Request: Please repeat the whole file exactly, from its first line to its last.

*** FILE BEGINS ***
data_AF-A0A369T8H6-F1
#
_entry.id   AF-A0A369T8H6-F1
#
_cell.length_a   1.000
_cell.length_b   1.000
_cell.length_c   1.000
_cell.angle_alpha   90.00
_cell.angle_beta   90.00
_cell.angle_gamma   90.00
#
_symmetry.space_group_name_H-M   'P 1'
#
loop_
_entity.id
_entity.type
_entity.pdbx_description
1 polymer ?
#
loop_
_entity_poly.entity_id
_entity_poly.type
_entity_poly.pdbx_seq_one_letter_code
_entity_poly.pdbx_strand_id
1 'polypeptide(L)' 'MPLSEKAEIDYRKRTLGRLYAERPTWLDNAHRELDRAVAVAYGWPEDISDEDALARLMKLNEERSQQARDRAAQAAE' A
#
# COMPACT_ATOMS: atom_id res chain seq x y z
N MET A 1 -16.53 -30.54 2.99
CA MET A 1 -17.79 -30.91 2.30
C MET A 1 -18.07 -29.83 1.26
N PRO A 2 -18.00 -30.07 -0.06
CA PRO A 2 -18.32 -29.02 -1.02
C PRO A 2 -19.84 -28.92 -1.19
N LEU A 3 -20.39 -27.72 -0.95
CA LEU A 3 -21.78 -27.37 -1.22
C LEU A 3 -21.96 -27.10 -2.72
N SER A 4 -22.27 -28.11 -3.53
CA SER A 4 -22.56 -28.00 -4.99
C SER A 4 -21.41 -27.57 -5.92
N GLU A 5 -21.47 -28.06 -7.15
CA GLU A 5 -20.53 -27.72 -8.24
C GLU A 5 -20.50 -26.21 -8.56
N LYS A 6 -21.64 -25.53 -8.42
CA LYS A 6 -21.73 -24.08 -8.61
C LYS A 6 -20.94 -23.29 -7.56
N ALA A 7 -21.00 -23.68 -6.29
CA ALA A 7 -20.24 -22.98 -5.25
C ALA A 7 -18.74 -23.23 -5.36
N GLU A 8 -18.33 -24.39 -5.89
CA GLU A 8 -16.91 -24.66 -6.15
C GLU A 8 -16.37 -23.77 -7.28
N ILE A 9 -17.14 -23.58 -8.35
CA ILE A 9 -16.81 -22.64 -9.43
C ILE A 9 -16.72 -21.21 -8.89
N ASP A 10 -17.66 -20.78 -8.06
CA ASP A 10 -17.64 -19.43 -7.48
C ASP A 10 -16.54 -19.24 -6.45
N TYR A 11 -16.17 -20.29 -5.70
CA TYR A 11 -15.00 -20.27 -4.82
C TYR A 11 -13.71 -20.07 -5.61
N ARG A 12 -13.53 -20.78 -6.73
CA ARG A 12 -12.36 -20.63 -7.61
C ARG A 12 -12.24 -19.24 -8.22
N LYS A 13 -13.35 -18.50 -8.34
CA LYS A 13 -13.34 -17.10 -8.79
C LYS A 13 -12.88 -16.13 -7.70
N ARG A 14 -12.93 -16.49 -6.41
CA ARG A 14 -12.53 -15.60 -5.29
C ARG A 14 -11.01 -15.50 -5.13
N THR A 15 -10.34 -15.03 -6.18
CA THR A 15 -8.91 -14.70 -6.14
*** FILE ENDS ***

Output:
data_AF-A0A369T8H6-F1
#
_entry.id   AF-A0A369T8H6-F1
#
_cell.length_a   1.000
_cell.length_b   1.000
_cell.length_c   1.000
_cell.angle_alpha   90.00
_cell.angle_beta   90.00
_cell.angle_gamma   90.00
#
_symmetry.space_group_name_H-M   'P 1'
#
loop_
_entity.id
_entity.type
_entity.pdbx_description
1 polymer ?
#
loop_
_entity_poly.entity_id
_entity_poly.type
_entity_poly.pdbx_seq_one_letter_code
_entity_poly.pdbx_strand_id
1 'polypeptide(L)' 'MPLSEKAEIDYRKRTLGRLYAERPTWLDNAHRELDRAVAVAYGWPEDISDEDALARLMKLNEERSQQARDRAAQAAE' A
#
# COMPACT_ATOMS: atom_id res chain seq x y z
N MET A 1 -16.53 -30.54 2.99
CA MET A 1 -17.79 -30.91 2.30
C MET A 1 -18.07 -29.83 1.26
N PRO A 2 -18.00 -30.07 -0.06
CA PRO A 2 -18.32 -29.02 -1.02
C PRO A 2 -19.84 -28.92 -1.19
N LEU A 3 -20.39 -27.72 -0.95
CA LEU A 3 -21.78 -27.37 -1.22
C LEU A 3 -21.96 -27.10 -2.72
N SER A 4 -22.27 -28.11 -3.53
CA SER A 4 -22.56 -28.00 -4.99
C SER A 4 -21.41 -27.57 -5.92
N GLU A 5 -21.47 -28.06 -7.15
CA GLU A 5 -20.53 -27.72 -8.24
C GLU A 5 -20.50 -26.21 -8.56
N LYS A 6 -21.64 -25.53 -8.42
CA LYS A 6 -21.73 -24.08 -8.61
C LYS A 6 -20.94 -23.29 -7.56
N ALA A 7 -21.00 -23.68 -6.29
CA ALA A 7 -20.24 -22.98 -5.25
C ALA A 7 -18.74 -23.23 -5.36
N GLU A 8 -18.33 -24.39 -5.89
CA GLU A 8 -16.91 -24.66 -6.15
C GLU A 8 -16.37 -23.77 -7.28
N ILE A 9 -17.14 -23.58 -8.35
CA ILE A 9 -16.81 -22.64 -9.43
C ILE A 9 -16.72 -21.21 -8.89
N ASP A 10 -17.66 -20.78 -8.06
CA ASP A 10 -17.64 -19.43 -7.48
C ASP A 10 -16.54 -19.24 -6.45
N TYR A 11 -16.17 -20.29 -5.70
CA TYR A 11 -15.00 -20.27 -4.82
C TYR A 11 -13.71 -20.07 -5.61
N ARG A 12 -13.53 -20.78 -6.73
CA ARG A 12 -12.36 -20.63 -7.61
C ARG A 12 -12.24 -19.24 -8.22
N LYS A 13 -13.35 -18.50 -8.34
CA LYS A 13 -13.34 -17.10 -8.79
C LYS A 13 -12.88 -16.13 -7.70
N ARG A 14 -12.93 -16.49 -6.41
CA ARG A 14 -12.53 -15.60 -5.29
C ARG A 14 -11.01 -15.50 -5.13
N THR A 15 -10.34 -15.03 -6.18
CA THR A 15 -8.91 -14.70 -6.14